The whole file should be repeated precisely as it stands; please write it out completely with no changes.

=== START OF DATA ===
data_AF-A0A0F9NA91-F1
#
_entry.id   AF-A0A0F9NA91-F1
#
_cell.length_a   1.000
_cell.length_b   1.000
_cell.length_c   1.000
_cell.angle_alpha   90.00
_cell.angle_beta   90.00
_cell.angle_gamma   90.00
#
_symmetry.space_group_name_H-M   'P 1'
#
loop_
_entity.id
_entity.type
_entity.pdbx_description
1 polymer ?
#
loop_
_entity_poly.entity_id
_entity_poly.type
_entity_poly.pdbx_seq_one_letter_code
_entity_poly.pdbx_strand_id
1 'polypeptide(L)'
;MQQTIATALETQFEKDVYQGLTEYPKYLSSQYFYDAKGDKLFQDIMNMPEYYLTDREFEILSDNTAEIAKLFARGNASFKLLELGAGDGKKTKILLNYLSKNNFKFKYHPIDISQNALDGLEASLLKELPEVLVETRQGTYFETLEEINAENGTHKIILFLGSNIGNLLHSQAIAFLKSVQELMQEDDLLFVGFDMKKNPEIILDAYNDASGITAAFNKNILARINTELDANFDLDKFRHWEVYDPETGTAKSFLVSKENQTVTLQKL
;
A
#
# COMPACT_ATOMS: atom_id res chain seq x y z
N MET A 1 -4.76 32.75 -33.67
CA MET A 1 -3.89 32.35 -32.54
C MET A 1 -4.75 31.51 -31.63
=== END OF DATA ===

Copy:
data_AF-A0A0F9NA91-F1
#
_entry.id   AF-A0A0F9NA91-F1
#
_cell.length_a   1.000
_cell.length_b   1.000
_cell.length_c   1.000
_cell.angle_alpha   90.00
_cell.angle_beta   90.00
_cell.angle_gamma   90.00
#
_symmetry.space_group_name_H-M   'P 1'
#
loop_
_entity.id
_entity.type
_entity.pdbx_description
1 polymer ?
#
loop_
_entity_poly.entity_id
_entity_poly.type
_entity_poly.pdbx_seq_one_letter_code
_entity_poly.pdbx_strand_id
1 'polypeptide(L)'
;MQQTIATALETQFEKDVYQGLTEYPKYLSSQYFYDAKGDKLFQDIMNMPEYYLTDREFEILSDNTAEIAKLFARGNASFKLLELGAGDGKKTKILLNYLSKNNFKFKYHPIDISQNALDGLEASLLKELPEVLVETRQGTYFETLEEINAENGTHKIILFLGSNIGNLLHSQAIAFLKSVQELMQEDDLLFVGFDMKKNPEIILDAYNDASGITAAFNKNILARINTELDANFDLDKFRHWEVYDPETGTAKSFLVSKENQTVTLQKL
;
A
#
# COMPACT_ATOMS: atom_id res chain seq x y z
N MET A 1 -4.76 32.75 -33.67
CA MET A 1 -3.89 32.35 -32.54
C MET A 1 -4.75 31.51 -31.63